The bird which is an Indian open bill stork was suffering from seroma, (seroma is a collection of fluid that builds up under the surface of your skin) at its joint due to an old fracture.
While the bird was getting ready to go to its permanent rehabilitation, it suffered another accidental fracture and the bird was rushed back to the Animal Wellness and Rehabilitation Centre in Chembur.
The bird had accidentally broken an already broken humerus, but at a different level. The extreme pain and visible discomfort lead to loss of appetite leading to drastic weight loss.
While speaking to My Medical Mantra, Dr Deepa Katyal, a veterinarian from Chembur’s Animal Wellness and Rehabilitation Centre, said, “As the medication kicked in with all other therapies, Buddha (the stork) started to eat on her own in less than 2 days. But those 2 days of force-feed, giving injectables, and avoiding falls due to imbalanced now broken left wing were a nightmare for vets as the bird was on edge.”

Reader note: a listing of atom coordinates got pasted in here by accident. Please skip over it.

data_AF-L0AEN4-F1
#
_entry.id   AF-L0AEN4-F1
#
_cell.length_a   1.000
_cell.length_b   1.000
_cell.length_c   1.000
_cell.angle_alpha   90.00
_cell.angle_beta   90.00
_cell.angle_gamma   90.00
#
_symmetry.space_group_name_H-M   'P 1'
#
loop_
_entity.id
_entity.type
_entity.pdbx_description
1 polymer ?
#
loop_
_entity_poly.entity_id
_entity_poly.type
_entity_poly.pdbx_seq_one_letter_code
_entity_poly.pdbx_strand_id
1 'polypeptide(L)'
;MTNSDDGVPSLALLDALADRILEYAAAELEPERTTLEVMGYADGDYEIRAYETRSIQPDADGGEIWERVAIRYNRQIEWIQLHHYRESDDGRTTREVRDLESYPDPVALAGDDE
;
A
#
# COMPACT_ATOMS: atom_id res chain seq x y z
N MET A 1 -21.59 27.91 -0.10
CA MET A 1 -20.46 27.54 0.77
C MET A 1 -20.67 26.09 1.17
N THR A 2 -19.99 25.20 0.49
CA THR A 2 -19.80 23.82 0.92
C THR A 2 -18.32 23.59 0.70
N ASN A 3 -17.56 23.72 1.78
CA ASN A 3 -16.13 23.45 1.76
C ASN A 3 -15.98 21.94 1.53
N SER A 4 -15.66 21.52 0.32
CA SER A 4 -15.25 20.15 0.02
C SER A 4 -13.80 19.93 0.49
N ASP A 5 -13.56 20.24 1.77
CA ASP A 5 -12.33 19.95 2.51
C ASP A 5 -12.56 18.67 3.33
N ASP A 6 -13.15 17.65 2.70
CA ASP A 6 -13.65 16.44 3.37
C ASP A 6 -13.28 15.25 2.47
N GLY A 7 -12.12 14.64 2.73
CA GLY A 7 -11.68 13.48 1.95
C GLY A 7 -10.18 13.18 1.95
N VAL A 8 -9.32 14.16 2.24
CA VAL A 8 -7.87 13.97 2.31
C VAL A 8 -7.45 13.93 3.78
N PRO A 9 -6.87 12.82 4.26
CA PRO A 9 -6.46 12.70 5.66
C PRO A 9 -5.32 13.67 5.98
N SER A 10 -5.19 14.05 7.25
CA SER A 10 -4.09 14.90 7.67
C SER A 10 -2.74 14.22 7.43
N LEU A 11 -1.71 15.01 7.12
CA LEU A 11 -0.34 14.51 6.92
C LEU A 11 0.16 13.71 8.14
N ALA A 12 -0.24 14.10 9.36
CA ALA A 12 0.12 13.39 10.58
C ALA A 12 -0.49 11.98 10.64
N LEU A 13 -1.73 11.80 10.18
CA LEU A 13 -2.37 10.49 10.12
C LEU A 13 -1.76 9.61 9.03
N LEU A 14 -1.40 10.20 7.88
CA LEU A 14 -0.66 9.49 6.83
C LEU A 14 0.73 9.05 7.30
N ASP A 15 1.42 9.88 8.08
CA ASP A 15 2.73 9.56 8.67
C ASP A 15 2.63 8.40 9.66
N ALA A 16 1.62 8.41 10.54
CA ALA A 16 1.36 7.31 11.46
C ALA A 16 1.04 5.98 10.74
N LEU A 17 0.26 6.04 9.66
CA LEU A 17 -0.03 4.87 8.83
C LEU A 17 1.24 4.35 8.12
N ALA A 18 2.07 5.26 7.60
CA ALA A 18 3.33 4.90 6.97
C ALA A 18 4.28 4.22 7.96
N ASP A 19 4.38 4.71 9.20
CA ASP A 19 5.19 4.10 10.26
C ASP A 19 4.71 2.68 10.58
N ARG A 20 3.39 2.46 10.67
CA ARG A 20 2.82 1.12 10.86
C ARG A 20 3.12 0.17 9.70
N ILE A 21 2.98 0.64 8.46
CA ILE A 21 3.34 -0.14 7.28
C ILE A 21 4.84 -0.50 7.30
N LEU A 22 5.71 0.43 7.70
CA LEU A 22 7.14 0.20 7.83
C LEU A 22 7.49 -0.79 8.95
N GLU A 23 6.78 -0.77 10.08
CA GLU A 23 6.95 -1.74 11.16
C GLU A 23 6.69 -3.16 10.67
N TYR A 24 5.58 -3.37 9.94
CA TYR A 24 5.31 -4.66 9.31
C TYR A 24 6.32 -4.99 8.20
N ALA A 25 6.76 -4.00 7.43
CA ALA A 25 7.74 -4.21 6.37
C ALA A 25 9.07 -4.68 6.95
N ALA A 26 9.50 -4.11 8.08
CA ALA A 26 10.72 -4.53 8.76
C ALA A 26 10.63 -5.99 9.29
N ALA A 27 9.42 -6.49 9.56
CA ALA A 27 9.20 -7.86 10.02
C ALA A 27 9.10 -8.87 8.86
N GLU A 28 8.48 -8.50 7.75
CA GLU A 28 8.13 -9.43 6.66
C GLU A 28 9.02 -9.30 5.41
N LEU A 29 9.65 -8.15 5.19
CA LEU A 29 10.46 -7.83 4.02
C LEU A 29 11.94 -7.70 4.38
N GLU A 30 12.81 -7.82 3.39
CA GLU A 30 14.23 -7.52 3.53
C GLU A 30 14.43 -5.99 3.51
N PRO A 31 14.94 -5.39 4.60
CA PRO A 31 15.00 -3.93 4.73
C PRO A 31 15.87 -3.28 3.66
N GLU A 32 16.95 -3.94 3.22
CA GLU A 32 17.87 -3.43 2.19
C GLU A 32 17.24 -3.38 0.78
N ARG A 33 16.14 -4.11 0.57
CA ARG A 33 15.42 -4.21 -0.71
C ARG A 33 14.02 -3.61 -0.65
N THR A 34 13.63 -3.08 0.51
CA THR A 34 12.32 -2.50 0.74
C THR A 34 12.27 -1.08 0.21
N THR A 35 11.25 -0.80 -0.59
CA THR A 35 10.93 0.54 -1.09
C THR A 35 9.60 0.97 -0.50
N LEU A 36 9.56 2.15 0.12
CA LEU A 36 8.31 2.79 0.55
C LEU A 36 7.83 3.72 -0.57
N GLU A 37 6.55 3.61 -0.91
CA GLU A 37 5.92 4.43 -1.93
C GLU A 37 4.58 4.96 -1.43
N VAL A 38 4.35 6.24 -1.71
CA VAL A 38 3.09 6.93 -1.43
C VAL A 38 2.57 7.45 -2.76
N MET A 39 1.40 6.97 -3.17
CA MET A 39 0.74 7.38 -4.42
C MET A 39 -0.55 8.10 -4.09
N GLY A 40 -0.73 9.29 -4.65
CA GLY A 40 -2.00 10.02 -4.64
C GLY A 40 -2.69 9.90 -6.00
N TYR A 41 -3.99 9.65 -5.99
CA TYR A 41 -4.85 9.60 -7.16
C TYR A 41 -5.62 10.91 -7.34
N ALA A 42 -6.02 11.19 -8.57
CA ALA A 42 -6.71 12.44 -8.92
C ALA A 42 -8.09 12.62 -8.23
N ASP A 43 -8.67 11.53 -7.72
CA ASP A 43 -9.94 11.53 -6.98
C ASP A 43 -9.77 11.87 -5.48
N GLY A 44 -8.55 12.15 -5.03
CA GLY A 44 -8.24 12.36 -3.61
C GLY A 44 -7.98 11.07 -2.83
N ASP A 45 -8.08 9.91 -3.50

She added. “She weighed 3 kgs initially but was down to 1 kg. Over the course of a few days, Buddha gradually gained weight and we performed the surgery on a Tuesday evening. It was important to perform upon the bird as it had an infection which could have led to gangrene or even death.”
The surgical process almost took an hour with constant heart monitoring, intermittent ventilation, and delicate anaesthesia, since the fractured bone is close to an air sac.
As the surgery ended successfully, post-surgical care of such a big bird was a challenge and it had to be handled tactfully.
Post-surgery, she (the bird) was extremely unbalanced and untrusting once again but with the care and comfort and good pain management for the next couple of days
Buddha is now learning to live without her wing, just as a person would accept no arm after an accident. Buddha is brave, as she is gradually adjusting to her maimed body. Buddha is indeed a beautiful and courageous bird.